Some parts of the specification are not taught as much as others - here's why
The specifications for science exams are big and some things will get more focus than others. Some aspects never get taught very much at all, and some are not taught well consistently every year. Here are some reasons why...
Changes to the specification: When a science specification changes, only about 5% is different. In a way, this makes it harder to write new resources than a 100% change, because the resources are almost sufficient, but not quite and it's easier to spot a small change in the specification than to just start with a blank slate. This problem should lessen with time as teachers become more familiar with the specification.
Also, when AQA released its 2016 specification, it posted a summary of changes. The page has been taken down since then (probably because of the passage of time making the document less relevant), but it also releases some news articles of changes if they happen, such as this one.
Some parts of the specification are considered easier than others: Some parts may be considered easier if they don't contain difficult concepts that require a lot of practise or mathematical skills. The most obvious one from AQA A level chemistry is the transition metals unit at the end of year 13 - it is a list of transition metal reactions and transition metal colours that students need to learn.
These perceived easier topics are given less class time and students may be asked to learn them themselves. In my experience as a tutor, however, the students are not learning them very well themselves for a few reasons as the topics are probably not 100% memory. In the example of transition metals, you have to explain using entropy why certain reactions happen, or why 3+ ions are more acidic than 2+ ions.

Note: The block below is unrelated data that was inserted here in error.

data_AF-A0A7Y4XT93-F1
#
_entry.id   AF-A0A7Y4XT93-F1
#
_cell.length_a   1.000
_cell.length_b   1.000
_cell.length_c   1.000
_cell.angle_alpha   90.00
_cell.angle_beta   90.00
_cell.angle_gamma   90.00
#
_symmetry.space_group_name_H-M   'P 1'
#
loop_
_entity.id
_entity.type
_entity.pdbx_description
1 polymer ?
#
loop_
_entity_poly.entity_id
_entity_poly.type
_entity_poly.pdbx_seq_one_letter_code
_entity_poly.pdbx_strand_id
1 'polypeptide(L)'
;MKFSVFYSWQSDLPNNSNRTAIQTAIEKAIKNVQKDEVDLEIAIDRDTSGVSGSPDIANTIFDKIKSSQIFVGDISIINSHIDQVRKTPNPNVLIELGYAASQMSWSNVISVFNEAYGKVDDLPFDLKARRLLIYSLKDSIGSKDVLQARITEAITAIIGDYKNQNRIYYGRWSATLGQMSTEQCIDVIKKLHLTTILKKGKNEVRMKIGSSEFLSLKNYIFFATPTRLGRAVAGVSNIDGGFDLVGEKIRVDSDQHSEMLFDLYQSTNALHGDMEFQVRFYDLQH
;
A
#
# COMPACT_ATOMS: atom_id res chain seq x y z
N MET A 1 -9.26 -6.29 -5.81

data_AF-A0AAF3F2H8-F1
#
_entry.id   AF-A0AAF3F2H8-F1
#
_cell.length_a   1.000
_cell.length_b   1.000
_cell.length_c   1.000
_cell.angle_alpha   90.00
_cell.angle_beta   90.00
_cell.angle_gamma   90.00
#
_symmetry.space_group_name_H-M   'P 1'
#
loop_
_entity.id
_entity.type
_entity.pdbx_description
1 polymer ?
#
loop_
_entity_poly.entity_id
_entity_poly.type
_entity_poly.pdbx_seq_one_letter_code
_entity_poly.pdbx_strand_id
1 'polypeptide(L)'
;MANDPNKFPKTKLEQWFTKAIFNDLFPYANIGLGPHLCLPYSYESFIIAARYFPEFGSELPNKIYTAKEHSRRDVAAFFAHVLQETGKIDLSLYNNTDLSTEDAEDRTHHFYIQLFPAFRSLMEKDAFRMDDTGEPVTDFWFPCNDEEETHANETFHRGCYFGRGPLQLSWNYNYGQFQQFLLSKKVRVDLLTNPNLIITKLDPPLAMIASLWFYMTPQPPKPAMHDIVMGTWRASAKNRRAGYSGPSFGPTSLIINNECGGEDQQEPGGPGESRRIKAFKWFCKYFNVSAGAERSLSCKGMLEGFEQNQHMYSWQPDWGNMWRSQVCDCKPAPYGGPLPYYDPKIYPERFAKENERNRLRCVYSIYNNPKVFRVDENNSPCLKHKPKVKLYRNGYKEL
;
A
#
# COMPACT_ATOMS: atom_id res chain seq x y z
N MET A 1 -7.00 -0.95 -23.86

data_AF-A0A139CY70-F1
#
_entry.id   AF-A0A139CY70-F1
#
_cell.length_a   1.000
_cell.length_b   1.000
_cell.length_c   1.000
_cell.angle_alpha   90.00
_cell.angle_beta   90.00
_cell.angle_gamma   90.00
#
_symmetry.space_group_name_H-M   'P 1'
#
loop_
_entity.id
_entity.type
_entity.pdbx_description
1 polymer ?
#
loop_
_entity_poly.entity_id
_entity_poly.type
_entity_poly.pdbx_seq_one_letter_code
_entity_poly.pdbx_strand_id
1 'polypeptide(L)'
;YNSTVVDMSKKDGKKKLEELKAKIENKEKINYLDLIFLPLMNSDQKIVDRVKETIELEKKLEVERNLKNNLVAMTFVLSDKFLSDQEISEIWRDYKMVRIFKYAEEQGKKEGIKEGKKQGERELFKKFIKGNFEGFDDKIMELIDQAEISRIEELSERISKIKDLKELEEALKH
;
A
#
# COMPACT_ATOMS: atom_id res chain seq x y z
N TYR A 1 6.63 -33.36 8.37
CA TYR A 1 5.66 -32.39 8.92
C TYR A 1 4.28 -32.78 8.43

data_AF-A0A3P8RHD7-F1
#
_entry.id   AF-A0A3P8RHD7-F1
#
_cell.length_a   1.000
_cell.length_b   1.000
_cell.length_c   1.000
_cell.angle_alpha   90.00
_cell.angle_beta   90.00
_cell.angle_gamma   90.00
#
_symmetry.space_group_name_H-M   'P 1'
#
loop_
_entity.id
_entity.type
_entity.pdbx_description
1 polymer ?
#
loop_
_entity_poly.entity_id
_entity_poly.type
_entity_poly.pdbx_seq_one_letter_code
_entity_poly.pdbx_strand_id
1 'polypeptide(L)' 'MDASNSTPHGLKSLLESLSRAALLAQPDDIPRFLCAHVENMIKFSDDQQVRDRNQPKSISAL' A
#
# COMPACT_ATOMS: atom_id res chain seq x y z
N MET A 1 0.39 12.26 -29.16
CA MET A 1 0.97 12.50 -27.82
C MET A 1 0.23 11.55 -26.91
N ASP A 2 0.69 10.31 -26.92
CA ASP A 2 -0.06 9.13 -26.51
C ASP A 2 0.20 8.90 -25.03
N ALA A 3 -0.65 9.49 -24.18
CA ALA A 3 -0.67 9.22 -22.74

The parts of the specification are taught at a "dip" in the year or not given enough time:
The transition metals topic mentioned in the last point is also one of the last topics taught in A level chemistry. If the students are running out of time, it might be taught in a rush. Another topic that may not be given enough time is NMR spectroscopy - it requires a lot of practise to interpret an NMR spectrum correctly and it is normally taught after most of the organic chemistry.
The end of year 12 is also a great time for whatever gets taught to get forgotten - it's after the year 12 exams and students are generally tired.
One way around it is to use the one advantage terminal exams provide - since there are no year 12 AS levels to revise for, you can teach/learn the specification in whatever order you like. You could use the transition metal examples when first teaching entropy or acid strength. You can also start NMR earlier to give students more practise. Look at the topics that are difficult and teach them earlier - they all get examined at the end of year 13, so there is no reason to follow the order of the specification.